The rise and fall of Cryptocurrency

Cryptocurrency

The rise and fall of Cryptocurrency

Cryptocurrency and Bitcoins have officially become mainstream. In 2017 they became so big that nobody could escape from it, and people were obsessively searching for it on Google, both what it was and how to get into it. A great example of this is when the search for Bitcoin and Cryptocurrency suddenly spiked in 2017.  There was at least one person in each household urging people to invest in Bitcoins. However, Cryptocurrencies like Bitcoin are just one of the applications of a technology that has been heralded by many as the next Internet, called Blockchain. Just like the internet, no one really understands what the technology can do, but the experts say it’s going to be big. Let’s explore the latest news in this complex world of Cryptocurrency and Blockchain.

The rise of Cryptocurrency

So what exactly is Cryptocurrency and why has it become an industry of billions of dollars? Cryptocurrency is a digital currency who’s most popular and accurate description is “limitless entries in a database that no one can change unless specific conditions are fulfilled.” It gets the word “crypto” from the fact that cryptography is used to regulate the number of
units created and helps to secure as well as verify all digital transactions.

Cryptocurrency became big when an anonymous person or a group of people going by the name of Satoshi Nakamoto published a paper called “Bitcoin: A Peer to Peer electronic cash system.” In the January of 2009, the first Bitcoin software went live and Nakamato worked with various cryptographers remotely to improve it and make changes. However, after mid-2010, he/they handed over everything and disappeared, vaguely claiming to “move on to other things.” It should be noted that their identity is still unknown.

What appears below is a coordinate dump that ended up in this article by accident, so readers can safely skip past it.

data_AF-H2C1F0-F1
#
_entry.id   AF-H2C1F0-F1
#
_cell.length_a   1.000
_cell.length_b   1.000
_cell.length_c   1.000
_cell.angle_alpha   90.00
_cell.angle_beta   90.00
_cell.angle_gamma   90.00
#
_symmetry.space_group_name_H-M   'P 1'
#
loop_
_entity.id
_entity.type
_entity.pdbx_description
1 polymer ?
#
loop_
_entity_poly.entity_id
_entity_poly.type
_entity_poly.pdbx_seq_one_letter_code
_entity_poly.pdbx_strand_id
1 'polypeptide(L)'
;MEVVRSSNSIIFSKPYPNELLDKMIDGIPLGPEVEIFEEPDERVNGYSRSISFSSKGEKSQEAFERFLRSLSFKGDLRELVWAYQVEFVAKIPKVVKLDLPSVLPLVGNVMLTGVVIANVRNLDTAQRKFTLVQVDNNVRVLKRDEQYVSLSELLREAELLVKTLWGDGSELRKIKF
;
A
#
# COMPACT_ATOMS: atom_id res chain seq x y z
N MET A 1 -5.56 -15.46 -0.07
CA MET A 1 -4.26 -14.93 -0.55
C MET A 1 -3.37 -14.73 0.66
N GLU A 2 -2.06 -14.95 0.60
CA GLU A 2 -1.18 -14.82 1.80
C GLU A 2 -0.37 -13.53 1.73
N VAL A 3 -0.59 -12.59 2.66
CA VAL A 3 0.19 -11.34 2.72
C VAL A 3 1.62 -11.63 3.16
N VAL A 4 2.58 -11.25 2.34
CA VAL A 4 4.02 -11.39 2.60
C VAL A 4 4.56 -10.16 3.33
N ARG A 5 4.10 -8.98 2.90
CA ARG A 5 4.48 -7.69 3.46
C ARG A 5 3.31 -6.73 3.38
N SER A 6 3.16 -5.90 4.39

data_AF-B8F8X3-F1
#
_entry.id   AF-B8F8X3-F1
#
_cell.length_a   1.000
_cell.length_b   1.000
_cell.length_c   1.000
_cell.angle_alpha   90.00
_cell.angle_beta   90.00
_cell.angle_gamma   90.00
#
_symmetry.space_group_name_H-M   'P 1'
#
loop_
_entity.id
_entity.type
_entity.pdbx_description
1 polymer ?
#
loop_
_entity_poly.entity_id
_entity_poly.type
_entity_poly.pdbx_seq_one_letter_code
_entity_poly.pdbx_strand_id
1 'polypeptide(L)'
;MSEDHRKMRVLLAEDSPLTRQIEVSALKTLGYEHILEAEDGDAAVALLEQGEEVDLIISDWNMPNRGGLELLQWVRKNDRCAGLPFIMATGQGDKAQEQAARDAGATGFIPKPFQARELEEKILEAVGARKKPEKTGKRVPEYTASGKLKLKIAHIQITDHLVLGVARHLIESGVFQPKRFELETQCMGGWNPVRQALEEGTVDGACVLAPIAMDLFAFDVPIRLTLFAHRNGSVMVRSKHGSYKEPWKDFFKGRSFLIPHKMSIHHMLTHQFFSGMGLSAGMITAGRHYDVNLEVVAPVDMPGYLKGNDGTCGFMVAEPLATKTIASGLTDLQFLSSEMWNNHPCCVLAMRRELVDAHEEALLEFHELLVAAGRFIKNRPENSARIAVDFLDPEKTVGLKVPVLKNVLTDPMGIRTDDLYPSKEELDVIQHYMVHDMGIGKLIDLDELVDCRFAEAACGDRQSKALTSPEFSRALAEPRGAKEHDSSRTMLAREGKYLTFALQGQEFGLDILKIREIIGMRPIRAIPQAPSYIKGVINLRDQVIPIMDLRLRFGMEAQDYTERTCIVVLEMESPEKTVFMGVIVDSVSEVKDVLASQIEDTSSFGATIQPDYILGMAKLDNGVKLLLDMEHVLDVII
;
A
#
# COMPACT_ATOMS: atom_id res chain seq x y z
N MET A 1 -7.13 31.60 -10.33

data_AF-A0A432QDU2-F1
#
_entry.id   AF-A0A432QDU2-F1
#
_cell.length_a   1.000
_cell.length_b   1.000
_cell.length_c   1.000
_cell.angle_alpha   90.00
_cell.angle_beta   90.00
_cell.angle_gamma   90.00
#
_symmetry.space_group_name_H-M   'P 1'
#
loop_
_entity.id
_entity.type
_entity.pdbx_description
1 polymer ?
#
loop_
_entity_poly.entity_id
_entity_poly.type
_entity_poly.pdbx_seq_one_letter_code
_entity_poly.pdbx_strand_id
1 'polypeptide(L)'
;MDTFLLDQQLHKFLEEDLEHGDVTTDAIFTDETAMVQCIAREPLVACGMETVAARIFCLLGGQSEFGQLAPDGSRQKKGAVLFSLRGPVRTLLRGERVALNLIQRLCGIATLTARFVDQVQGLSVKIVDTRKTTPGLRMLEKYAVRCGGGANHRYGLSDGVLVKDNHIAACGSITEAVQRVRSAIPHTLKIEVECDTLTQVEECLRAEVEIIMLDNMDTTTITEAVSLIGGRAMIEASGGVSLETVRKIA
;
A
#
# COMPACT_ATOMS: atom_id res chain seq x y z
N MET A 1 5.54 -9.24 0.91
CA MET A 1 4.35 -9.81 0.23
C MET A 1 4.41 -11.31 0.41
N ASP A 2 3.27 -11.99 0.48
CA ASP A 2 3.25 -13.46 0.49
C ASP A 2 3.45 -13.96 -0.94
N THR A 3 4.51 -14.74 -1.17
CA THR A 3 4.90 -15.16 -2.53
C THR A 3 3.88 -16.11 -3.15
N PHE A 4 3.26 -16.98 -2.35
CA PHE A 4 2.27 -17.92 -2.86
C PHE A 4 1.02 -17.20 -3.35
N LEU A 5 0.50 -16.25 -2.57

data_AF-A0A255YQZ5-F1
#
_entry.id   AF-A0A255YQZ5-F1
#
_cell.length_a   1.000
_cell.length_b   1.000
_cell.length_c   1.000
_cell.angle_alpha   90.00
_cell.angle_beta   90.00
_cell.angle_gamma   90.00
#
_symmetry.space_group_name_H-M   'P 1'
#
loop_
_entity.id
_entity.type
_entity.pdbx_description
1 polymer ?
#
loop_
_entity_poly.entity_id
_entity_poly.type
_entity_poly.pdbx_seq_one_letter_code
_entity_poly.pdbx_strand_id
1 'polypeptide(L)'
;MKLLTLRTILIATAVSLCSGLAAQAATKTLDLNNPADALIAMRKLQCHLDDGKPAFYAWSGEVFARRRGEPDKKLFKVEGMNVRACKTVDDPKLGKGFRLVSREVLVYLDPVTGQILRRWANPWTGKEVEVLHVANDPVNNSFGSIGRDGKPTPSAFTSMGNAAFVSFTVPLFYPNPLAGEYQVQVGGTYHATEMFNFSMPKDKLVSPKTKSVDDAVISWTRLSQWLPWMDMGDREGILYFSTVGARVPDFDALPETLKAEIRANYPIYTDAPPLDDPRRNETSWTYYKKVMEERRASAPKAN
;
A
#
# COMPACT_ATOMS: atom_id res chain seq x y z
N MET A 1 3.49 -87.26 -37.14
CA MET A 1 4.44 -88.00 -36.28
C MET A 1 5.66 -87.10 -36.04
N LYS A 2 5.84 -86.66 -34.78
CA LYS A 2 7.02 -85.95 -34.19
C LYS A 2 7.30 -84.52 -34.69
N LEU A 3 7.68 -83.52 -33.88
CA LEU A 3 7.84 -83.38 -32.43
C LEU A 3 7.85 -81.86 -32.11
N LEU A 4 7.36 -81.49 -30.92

Soon after, in 2014, Canadian programmer Vitalek Buterin came up with the idea for a platform called Ethereum. The idea behind this was to make a place where people could create Blockchain applications. Many people compare the use of Blockchain technology and Cryptocurrencies to the Internet in 1997. People then didn’t really understand what it was when it first came around, and it seemed to be used mostly only for emails, but in just a few
years, it took over and life has never been the same.

Practical application of Cryptocurrency and Blockchain Technology

One of the easiest explanations of the relationship between Bitcoin and Blockchain was penned by Sally Davies a FT Technology reporter: “Bitcoin is to Blockchain what the Internet is to Email. A big electronic system, on top of which you can build applications. Currency is just one.”

Blockchain technology is already being used by the Estonian government to back-up all the data to save a lot of time and resources in the future. One of the world’s leading digital  society, the citizens in Estonia can do everything online. From e-commerce to online voting to even digital schoolbags soon to take over traditional school systems, the potential for Blockchain technology is immense.

Goldman Sachs among other big finance institutions have set up a team of researchers to find out how the new technology can revolutionize the financial world. They have an interactive space on their website dedicated to what they think about the Blockchain technology. They agree with everybody else that it will soon take over everything else and give examples of transactions with images and records as to how it can realistically